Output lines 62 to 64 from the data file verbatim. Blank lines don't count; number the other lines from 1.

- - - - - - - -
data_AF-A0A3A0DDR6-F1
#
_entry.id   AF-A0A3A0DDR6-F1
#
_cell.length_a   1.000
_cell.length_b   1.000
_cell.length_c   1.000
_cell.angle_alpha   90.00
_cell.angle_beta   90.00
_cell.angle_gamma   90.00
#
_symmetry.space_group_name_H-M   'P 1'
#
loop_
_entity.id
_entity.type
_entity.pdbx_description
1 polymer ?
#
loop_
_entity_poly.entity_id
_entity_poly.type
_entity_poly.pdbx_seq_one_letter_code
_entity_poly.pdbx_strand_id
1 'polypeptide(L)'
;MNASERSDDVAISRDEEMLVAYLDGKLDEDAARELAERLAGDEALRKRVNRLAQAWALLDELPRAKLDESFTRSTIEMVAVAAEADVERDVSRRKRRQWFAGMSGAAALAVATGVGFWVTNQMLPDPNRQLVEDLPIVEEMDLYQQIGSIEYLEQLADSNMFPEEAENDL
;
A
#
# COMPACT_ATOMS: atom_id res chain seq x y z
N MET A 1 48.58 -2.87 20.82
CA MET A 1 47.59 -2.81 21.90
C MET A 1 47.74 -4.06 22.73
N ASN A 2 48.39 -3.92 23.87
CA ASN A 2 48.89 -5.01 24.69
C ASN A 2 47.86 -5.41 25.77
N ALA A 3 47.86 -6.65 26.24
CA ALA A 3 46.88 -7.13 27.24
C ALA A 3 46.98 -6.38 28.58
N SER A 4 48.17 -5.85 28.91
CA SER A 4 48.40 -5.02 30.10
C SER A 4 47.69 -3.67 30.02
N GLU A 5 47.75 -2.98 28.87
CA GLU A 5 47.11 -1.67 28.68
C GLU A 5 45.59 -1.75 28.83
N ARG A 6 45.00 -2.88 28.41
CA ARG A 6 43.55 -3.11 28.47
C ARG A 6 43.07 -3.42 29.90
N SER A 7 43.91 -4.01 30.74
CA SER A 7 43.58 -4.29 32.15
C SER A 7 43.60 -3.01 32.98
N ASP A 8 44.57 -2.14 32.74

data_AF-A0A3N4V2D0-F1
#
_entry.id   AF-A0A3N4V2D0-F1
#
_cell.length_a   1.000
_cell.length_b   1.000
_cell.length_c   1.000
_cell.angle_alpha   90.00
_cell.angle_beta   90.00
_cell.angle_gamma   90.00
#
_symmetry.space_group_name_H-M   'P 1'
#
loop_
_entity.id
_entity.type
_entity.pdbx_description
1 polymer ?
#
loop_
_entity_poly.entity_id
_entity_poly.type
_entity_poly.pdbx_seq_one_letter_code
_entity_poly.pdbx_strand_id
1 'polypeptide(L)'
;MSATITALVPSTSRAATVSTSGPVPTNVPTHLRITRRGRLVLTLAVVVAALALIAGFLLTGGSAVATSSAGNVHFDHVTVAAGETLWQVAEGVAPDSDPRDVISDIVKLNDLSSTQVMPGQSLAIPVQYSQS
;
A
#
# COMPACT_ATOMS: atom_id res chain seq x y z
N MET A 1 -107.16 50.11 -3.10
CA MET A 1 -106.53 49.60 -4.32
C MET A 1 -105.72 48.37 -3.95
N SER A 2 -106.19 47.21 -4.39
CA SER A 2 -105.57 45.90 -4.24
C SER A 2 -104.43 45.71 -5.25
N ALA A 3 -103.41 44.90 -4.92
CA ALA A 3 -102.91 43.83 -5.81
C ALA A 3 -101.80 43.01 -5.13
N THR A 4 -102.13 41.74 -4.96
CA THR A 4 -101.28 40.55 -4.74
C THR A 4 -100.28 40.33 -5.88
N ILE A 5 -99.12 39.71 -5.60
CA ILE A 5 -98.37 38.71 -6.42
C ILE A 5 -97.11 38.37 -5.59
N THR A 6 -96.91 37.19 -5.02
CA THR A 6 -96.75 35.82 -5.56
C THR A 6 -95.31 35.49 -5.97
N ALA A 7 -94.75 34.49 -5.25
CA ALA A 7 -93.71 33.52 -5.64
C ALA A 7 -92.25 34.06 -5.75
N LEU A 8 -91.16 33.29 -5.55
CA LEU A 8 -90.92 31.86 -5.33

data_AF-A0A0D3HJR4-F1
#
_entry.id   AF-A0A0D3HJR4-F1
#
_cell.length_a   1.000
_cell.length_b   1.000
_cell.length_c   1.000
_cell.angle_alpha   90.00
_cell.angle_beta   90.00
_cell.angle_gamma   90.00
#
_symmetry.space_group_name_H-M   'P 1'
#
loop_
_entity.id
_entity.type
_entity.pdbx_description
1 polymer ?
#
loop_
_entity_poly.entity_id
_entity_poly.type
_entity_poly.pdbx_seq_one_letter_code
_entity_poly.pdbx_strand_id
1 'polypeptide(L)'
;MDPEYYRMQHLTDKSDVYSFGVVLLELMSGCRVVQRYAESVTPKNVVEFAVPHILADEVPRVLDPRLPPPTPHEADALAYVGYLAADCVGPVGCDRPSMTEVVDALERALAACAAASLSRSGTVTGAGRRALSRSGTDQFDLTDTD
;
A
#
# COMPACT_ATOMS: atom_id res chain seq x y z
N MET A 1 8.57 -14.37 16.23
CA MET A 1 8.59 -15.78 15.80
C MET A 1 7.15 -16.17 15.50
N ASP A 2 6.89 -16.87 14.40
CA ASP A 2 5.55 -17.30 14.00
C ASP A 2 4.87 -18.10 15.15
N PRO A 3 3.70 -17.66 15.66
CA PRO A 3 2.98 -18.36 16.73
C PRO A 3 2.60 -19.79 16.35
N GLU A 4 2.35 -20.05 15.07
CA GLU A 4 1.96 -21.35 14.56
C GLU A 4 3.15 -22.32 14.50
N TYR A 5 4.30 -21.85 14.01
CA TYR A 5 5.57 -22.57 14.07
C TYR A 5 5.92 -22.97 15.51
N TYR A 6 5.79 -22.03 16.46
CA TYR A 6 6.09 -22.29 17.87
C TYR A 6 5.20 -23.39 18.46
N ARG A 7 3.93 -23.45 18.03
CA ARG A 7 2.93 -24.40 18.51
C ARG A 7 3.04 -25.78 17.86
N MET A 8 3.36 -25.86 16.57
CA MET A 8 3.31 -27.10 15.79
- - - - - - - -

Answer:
_cell.angle_gamma   90.00
#
_symmetry.space_group_name_H-M   'P 1'